Week 2 you could do 4 sets of 6 reps with 2-2:30 rest between sets. This is a strength range and this is important to work on to raise the load you can lift for 12 reps.

    Week 3 you can do 4 sets of 8 reps with a 1:30 to 1:40 rest. This mid range hits some strength development and some hypertrophy.

    Week 4 you can do a modified compound set with about 1:30-1:45 rest in a 6,8,10,12 pattern. This mixes the loading. For instance if you do a machine chest press with 100 pounds for 6 reps then you would drop 15-20 pounds and do 75–80 pounds after rest for 8 reps. Then after rest you would drop again and do 10 reps and then rest and do 12 reps.

    This rotation allows for the joints and connective tissue to not be stressed so much. Overuse and overloading leads to tendinitis and other issues. Variety in the strength room creates an environment for gains. Remember rest is just as Important as training and eating properly.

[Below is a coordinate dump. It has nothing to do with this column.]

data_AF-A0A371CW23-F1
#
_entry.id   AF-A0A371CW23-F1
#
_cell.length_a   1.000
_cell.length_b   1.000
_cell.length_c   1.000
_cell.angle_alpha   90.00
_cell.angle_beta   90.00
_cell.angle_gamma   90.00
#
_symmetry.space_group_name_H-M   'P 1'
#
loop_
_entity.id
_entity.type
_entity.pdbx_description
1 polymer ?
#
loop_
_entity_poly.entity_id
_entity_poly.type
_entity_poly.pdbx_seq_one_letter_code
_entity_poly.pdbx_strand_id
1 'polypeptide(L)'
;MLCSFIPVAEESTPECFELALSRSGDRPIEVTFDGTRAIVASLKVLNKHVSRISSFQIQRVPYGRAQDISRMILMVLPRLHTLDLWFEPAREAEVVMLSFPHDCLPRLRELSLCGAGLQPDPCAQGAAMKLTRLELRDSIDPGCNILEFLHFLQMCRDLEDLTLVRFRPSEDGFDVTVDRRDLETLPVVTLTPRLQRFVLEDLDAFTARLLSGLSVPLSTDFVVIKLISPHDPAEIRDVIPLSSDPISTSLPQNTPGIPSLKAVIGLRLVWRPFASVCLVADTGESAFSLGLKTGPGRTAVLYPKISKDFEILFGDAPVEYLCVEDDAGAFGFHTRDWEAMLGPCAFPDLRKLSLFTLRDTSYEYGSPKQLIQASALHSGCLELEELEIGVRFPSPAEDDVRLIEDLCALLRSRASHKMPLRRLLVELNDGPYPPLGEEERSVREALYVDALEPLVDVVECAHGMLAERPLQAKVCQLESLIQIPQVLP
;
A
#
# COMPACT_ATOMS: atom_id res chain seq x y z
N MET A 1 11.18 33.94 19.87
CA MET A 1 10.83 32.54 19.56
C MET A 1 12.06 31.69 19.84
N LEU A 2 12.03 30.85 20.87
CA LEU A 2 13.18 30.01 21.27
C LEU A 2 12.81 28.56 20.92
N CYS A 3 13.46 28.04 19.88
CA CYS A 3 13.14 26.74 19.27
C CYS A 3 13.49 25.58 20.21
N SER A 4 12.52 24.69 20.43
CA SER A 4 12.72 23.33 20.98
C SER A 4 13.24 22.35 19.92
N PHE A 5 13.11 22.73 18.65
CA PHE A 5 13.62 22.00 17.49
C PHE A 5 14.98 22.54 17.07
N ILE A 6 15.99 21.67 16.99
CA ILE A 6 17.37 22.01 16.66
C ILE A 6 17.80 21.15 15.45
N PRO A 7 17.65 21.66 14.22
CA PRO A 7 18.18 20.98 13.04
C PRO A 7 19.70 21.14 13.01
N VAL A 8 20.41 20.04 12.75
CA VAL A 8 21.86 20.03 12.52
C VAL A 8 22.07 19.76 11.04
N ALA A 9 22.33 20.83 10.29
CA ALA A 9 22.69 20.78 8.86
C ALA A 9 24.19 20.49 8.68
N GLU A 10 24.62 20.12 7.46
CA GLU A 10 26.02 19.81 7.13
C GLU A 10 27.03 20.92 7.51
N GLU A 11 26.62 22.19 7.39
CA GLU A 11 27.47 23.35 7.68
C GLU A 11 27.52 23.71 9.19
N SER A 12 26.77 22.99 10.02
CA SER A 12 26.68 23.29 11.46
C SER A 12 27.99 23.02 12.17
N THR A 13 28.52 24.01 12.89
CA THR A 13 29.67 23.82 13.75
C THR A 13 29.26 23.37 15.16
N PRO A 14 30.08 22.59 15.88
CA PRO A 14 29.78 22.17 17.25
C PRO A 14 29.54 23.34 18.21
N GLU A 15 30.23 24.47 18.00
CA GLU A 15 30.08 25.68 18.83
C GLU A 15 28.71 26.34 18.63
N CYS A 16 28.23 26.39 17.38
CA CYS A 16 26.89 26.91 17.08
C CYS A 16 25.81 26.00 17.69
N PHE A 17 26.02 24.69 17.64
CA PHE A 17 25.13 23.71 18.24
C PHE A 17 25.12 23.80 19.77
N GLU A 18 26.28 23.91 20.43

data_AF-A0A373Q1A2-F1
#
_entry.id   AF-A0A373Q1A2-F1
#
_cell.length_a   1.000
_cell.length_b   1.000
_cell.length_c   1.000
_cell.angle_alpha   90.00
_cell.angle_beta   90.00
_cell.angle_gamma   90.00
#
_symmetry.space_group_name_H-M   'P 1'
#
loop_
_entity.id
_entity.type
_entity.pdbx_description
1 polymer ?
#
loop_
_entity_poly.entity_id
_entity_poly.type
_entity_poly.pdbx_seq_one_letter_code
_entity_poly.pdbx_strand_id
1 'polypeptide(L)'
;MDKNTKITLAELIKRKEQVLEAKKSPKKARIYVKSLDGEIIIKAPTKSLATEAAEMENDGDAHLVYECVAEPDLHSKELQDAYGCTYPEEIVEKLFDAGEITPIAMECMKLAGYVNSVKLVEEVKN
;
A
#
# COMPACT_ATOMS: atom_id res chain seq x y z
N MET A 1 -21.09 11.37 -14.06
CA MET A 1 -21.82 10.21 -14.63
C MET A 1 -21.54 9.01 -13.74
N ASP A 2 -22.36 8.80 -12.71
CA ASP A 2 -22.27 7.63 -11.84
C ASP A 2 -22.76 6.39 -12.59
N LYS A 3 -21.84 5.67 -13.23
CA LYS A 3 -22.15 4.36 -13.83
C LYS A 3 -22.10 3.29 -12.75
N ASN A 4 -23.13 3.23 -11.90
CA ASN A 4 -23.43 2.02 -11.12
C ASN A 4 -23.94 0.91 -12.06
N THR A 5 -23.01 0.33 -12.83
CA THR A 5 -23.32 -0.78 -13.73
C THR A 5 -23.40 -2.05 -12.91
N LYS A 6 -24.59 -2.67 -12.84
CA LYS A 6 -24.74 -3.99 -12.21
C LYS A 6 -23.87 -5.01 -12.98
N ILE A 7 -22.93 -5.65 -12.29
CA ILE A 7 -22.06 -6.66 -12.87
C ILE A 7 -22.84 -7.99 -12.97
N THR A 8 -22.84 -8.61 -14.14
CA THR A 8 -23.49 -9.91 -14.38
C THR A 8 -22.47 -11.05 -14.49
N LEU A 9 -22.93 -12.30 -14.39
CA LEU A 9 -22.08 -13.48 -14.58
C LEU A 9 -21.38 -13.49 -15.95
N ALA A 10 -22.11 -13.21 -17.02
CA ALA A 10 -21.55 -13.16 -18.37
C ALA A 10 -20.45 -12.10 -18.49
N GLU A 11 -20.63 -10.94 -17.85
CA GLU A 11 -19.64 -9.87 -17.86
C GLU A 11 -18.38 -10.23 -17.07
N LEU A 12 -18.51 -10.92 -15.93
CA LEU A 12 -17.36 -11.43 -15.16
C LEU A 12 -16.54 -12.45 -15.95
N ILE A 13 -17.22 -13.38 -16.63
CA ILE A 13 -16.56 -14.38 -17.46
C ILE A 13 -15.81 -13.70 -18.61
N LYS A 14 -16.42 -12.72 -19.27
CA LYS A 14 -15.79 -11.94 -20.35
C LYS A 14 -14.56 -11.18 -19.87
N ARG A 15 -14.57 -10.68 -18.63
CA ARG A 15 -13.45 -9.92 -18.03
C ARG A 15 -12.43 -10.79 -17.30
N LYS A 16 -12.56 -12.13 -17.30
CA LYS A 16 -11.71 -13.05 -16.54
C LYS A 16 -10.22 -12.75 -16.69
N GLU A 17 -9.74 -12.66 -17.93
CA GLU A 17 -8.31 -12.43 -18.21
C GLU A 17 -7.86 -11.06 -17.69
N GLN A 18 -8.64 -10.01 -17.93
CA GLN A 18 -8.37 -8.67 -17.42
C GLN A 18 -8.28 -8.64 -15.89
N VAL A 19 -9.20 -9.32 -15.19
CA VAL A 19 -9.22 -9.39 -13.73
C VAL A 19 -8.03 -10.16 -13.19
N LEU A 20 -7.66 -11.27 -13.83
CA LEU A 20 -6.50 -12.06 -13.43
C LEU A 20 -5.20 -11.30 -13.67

Another reason to use this varied approach is to keep the body guessing what is coming next. Your body will adapt over time to a training stress and eventually there is no response because it’s the same thing every day.

    Good luck and keep charging forward!

    Ed Ruscher
    Former Dir. Strength and Conditioning
    Univ. of Louisville
  • LambornBetseyLambornBetsey Member, Premium Posts: 12 Member Member, Premium Posts: 12 Member
    Saw this video (it was recommended to me by someone on a fasting forum) and it makes me think I had the right idea all along! Except I just need to work to failure (and skip the extra repetitions with lower weights.)
  • LambornBetseyLambornBetsey Member, Premium Posts: 12 Member Member, Premium Posts: 12 Member